I’m going to let you in a little on my writing process. I come up with several topics throughout each week, but forget most by the time I get the opportunity to write them down. In other words, I do most of my thinking commuting to or from work or before I’m going to sleep. However, this week was a marked departure from that norm. I had an idea of what this post was going to be and then I went to church at Reston Bible Church. I realized something about myself that I feel is applicable for most.

Life is rarely fulfilling. That’s merely a fact inherent of life on earth. Life isn’t meant to be easy, but for most of us it’s rather painful (John 16:33). Honestly, life doesn’t meet my expectations. I get overwhelmed by the plethora of choices and information which is available on a daily basis. I am so stimulated by all the noise around me that I do not know how I am to go about running the race God has created me to run. There is just so much to deal with that I often shut down and choose not to deal with any of it.

I don’t know about you, but my expectation of life is never met. I’m an optimist and so most of the time I’m looking for my circumstances to resemble the fairy tale ending, but that isn’t how God works. When I try to adjust my expectations, God goes and blows them out of the water. I never know what to expect, but I can guarantee by now my expectations are only setting me up for disappointment. That is precisely the result. Rather than look at God’s word, I selfishly form my own expectations and expect God to work within that small box.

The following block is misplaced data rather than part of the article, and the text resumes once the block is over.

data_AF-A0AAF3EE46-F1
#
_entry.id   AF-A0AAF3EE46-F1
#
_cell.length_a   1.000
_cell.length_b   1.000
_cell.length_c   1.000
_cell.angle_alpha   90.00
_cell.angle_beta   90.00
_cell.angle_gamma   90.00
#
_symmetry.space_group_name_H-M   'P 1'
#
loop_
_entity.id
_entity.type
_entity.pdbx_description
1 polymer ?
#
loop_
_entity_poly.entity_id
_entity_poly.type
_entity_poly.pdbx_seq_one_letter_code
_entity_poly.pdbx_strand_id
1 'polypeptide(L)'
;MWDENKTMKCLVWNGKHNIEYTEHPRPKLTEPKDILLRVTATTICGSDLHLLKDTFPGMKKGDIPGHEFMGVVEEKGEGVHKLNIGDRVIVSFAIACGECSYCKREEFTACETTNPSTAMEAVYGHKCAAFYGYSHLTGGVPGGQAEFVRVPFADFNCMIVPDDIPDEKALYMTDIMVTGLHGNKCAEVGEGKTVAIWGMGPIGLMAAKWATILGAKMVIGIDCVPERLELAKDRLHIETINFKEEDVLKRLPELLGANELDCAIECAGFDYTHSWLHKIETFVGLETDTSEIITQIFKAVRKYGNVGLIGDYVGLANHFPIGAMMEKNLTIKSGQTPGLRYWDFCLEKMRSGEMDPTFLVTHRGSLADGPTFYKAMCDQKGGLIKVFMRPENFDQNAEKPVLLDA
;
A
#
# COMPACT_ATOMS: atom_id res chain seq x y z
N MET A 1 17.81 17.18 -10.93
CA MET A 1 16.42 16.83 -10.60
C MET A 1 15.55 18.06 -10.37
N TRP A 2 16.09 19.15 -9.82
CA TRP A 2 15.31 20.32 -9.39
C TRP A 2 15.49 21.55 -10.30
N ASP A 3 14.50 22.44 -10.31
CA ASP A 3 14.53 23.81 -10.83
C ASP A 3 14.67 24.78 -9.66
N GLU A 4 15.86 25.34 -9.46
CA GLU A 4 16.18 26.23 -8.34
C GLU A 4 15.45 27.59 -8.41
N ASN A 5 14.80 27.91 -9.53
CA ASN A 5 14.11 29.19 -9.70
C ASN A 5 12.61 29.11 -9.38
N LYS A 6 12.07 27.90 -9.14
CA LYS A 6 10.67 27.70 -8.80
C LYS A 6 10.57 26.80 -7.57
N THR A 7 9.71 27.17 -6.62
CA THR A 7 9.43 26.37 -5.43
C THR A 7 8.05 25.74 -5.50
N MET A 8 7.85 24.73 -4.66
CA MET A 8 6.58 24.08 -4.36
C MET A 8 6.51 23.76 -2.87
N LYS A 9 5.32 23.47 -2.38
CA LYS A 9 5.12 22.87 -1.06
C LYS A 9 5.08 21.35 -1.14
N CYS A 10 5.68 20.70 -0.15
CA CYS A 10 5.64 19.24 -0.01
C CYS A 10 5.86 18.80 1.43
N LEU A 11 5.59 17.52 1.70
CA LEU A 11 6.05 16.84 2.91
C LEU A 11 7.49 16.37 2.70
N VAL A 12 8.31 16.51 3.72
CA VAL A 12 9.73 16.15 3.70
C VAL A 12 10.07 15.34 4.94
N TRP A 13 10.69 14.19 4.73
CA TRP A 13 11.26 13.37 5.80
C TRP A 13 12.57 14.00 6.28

I feel this is odd from an IT professional, but I become increasingly numbed each day by the overload of information and choices our society affords. There is simply too much noise with which I’m bombarded daily and my reaction is to tune it all out (or at least as much as I can). In the same way, I also tune out the wisdom of God. Instead of retreating into His tender loving care, I run into my own hole and just play dead. I choose apathy and ferment in my own foolishness.

In case you’re wondering, I don’t have any better clue of God’s purpose for my life than you. And that realization is scary. It makes me want to run and hide in hopes that when I return to life all will be spelled out perfectly for me. Despite my fear, I know this to be absolutely ridiculous. I know God has a great purpose for my life, but my inhibitions are so convincing. No, I don’t want to put myself out there. I don’t want to choose to pursue God’s will for my life, because it’s not safe. How can I be sure that He’ll provide for me in the future?

“Therefore, since we are surrounded by so great a cloud of witnesses, let us also lay aside every weight, and sin which clings so closely, and let us run with endurance the race that is set before us, looking to Jesus, the founder and perfecter of our faith, who for the joy that was set before him endured the cross, despising the shame, and is seated at the right hand of the throne of God. Consider him who endured from sinners such hostility against himself, so that you may not grow weary or fainthearted.” – Hebrews 12:1-3

Truth be told, I’m dead inside. Being alive in Christ involves a great deal of risk, the very risk that terrifies me on a daily basis. Maybe I’m not scared outright, but it is a daily choice, living, that I need to make but am not. As a writer, I’m failing you my reader. I am a hypocrite telling you to run the race well which you were created to run, while walking along my own course (1 Corinthians 9:24). This life isn’t going to magically get better; it was never meant to. Instead, we were meant to change our perceptions and expectations to what God provides for us in His word. Maybe I’m a stupid 23-year-old, but I firmly believe we can do all things to which God calls us, regardless of how clear He makes His intentions to us (Philippians 4:13). So, do we choose risk in living a life devoted fully to loving the God who loved us first this week? Well…do we?